How to ask for a pay rise

In this posting from the LinkedIn Agency Influencer program, Alex Delehunt advises you to play your cards carefully when entering into the most treacherous of workplace conversations

You’ve been kicking goals at your job and you know that your colleague in the exact same role is earning $5,000 more than you. Chances are your manager is never going to ask, “Do you want a pay rise?”

That’s why you need to navigate this tricky (and sometimes awkward) conversation with your boss yourself. Here are some tips for asking for more moolah:

1. Before you do anything, understand your company’s procedure on pay rises

You may need to consult your employee handbook or policy guide (or be really nice to your HR Manager) to get a thorough understanding of exactly what the guidelines around raises are. Do these only happen at particular times of the year? Do you need to have been with the company for a certain period?

Does it only get looked at on your work anniversary? The more knowledge you have of the process, the better you can time your conversation and get the best result.

2. Know your worth

Do some research here. There are lots of companies like Hays, Hudson etc. that publish salary bandings for generic roles. Make sure that what you’re looking at is realistic and in line with what you actually do otherwise it’s not worth the bit of paper it’s printed on.

Also have a look at your competitors. Many job listings on Seek or LinkedIn will actually state the salary range on the job ad and that’ll give you a good benchmark of the salary range you’re playing in

3. Collect some evidence

Most organisations will require their employees to work towards measurable KPIs or individual goals. How have you stacked up against yours? There’s no point in having a conversation with your manager around this if you don’t have any evidence of you going above and beyond what is required of your role and meeting expectations.

A job description can also be useful here to compare what you actually do against what it is you should be doing in your role. Have you had any great feedback? A nice email from a client praising you on doing such a good job? All of this is useful to prove to your manager your worth.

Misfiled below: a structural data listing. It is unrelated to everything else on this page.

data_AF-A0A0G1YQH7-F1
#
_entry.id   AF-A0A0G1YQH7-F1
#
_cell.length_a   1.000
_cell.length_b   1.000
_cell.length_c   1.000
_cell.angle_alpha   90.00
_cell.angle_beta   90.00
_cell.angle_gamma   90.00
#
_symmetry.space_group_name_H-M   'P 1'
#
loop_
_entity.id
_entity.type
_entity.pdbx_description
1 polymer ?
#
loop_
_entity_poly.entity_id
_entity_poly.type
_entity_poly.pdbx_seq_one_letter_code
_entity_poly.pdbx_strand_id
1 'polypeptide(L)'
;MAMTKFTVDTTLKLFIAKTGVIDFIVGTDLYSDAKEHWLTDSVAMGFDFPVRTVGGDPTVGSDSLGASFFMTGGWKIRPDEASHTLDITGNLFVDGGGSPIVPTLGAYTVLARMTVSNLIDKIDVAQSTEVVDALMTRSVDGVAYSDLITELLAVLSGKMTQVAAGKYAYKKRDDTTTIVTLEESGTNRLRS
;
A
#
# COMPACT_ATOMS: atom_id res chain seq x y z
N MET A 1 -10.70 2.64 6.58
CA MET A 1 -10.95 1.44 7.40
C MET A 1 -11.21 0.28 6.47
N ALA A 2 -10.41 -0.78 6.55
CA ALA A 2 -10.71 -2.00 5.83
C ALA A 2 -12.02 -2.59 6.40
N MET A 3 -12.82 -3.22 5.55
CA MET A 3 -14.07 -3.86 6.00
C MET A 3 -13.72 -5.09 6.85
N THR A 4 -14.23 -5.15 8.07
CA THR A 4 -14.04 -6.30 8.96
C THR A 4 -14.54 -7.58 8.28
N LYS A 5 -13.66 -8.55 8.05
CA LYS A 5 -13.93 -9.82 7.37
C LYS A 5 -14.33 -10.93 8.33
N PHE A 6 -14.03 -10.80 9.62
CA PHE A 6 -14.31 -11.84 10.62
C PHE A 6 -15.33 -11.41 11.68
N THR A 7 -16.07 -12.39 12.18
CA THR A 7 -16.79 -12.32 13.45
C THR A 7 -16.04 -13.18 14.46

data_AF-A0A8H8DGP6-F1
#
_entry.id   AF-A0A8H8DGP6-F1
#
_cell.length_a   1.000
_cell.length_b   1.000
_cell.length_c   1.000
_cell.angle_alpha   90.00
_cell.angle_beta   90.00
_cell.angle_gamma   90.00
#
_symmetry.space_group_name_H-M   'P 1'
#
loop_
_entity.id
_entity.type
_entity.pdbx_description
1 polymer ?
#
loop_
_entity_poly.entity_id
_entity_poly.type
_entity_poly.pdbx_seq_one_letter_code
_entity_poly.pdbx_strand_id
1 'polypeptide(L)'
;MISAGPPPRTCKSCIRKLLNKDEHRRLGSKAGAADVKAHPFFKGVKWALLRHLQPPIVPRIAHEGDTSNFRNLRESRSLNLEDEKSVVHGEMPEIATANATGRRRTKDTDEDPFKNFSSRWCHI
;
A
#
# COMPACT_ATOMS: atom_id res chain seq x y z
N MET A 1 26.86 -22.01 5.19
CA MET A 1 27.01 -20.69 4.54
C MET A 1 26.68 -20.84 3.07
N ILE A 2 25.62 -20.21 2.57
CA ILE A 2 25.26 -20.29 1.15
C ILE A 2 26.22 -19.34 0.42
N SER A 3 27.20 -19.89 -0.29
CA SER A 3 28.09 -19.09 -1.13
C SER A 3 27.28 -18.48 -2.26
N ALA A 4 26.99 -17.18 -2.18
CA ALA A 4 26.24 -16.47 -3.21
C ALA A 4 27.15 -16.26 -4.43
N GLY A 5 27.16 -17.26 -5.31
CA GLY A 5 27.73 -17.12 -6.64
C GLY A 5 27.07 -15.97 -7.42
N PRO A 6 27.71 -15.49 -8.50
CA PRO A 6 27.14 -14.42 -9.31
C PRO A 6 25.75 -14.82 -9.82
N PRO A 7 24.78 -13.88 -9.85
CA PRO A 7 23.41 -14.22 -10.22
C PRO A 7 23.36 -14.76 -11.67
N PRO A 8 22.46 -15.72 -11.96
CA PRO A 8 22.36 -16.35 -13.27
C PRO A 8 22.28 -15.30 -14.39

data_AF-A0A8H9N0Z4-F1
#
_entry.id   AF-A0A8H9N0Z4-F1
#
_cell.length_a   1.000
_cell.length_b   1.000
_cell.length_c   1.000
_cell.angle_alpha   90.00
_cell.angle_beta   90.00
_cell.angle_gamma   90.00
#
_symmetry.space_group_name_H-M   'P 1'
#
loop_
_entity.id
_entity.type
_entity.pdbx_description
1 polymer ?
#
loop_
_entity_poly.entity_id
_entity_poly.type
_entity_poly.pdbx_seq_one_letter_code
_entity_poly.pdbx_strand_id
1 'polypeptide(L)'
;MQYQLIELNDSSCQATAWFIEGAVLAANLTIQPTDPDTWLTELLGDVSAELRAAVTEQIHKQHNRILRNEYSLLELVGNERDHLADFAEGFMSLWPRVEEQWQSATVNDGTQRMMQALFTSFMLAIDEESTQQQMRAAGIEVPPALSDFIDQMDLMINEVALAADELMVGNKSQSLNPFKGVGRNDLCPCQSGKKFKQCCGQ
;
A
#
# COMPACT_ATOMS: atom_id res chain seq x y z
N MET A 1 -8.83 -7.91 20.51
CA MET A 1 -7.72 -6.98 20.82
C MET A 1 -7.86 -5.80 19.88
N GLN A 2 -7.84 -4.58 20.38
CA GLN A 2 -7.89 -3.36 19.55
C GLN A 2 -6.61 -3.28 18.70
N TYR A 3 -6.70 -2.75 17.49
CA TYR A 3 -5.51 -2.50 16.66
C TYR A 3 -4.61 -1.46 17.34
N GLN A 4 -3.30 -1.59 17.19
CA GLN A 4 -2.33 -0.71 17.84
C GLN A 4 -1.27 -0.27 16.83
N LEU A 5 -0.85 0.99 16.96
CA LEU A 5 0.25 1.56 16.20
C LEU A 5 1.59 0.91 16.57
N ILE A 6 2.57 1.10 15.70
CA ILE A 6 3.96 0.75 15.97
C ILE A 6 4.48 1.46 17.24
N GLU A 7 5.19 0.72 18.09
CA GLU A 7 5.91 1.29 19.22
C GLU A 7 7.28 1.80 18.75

4. Schedule a time

Put some time in your manager’s calendar and let them know in the invite what the meeting is about. There’s nothing worth than feeling ambushed as a manager. Make sure you allow at least half an hour to discuss the possibility of a raise properly and make sure you book a meeting room or at least have this conversation somewhere private. After all, there’s a chance you not get the answering you were looking for.

5. Ask for a little bit extra

Chances are this will turn into a negotiation so going in with a figure slightly above what you’d be happy with is necessary. If you can show your manager that you’re flexible and willing to compromise, than your chances will be much better. Having a number and not budging from it will make it tough when the answer is a flat out no and leave you with no wiggle room. Think of it as reverse bartering.

6. What else can they offer?

Your company may not be in a financial position to offer you an increase now. But there are other things that may be on offer. Always wanted to do an exchange in your sister office? Had your eye on that training course? Would you really value to be able to work from home once a week? Depending on what is important to you, these other options may even trump the salary increase you were after.

7. Run your own race

You heard that your colleague was on $5,000 more than you and they’re in the exact same job so therefore you deserve the same right? Wrong! Never compare yourself to others. You don’t know how long they have been with the company, what extra they may do without your knowledge and it looks really petty to throw this into your negotiation. Negotiate based on your own merit and not on how much better you think you are than your desk buddy.

What not to do?

Don’t threaten the company that you have an offer with Company XYZ and they’re offering you $10,000 more for the same job. Especially not if you don’t even have the other offer. What if your company said, “sorry we can’t match that”. You are going to be mighty red-faced trying to back out of that and you’re just going to make your manager defensive.

So do your research, have a grown up conversation and use this feedback as a gift. If it is a no to an increase right now, then you’ll at least know what you need to do to get one next time and perhaps have gotten some other non-monetary reward out of it. You never know until you ask!

Alex Delehunt is people and culture manager at Publicis Media

To see more pieces from the LinkedIn agency influencer program click the image below.



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